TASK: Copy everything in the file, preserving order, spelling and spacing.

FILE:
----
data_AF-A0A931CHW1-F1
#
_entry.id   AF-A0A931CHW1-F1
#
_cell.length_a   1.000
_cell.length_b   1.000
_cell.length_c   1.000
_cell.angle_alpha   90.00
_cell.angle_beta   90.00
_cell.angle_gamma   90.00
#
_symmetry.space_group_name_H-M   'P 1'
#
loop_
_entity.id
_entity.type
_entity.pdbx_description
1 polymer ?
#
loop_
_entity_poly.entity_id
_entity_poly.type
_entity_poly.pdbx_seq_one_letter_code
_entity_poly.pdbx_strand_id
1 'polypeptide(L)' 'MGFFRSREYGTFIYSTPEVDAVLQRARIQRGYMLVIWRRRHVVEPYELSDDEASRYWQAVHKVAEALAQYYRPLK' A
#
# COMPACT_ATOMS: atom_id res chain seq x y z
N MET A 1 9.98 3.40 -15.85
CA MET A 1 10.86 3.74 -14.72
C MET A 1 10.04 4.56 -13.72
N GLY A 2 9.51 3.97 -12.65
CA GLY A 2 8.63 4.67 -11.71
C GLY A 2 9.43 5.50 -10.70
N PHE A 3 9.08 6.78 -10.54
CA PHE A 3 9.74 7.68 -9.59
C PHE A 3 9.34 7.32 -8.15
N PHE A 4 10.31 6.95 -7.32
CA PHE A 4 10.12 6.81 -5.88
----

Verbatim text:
data_AF-A0A931CHW1-F1
#
_entry.id   AF-A0A931CHW1-F1
#
_cell.length_a   1.000
_cell.length_b   1.000
_cell.length_c   1.000
_cell.angle_alpha   90.00
_cell.angle_beta   90.00
_cell.angle_gamma   90.00
#
_symmetry.space_group_name_H-M   'P 1'
#
loop_
_entity.id
_entity.type
_entity.pdbx_description
1 polymer ?
#
loop_
_entity_poly.entity_id
_entity_poly.type
_entity_poly.pdbx_seq_one_letter_code
_entity_poly.pdbx_strand_id
1 'polypeptide(L)' 'MGFFRSREYGTFIYSTPEVDAVLQRARIQRGYMLVIWRRRHVVEPYELSDDEASRYWQAVHKVAEALAQYYRPLK' A
#
# COMPACT_ATOMS: atom_id res chain seq x y z
N MET A 1 9.98 3.40 -15.85
CA MET A 1 10.86 3.74 -14.72
C MET A 1 10.04 4.56 -13.72
N GLY A 2 9.51 3.97 -12.65
CA GLY A 2 8.63 4.67 -11.71
C GLY A 2 9.43 5.50 -10.70
N PHE A 3 9.08 6.78 -10.54
CA PHE A 3 9.74 7.68 -9.59
C PHE A 3 9.34 7.32 -8.15
N PHE A 4 10.31 6.95 -7.32
CA PHE A 4 10.12 6.81 -5.88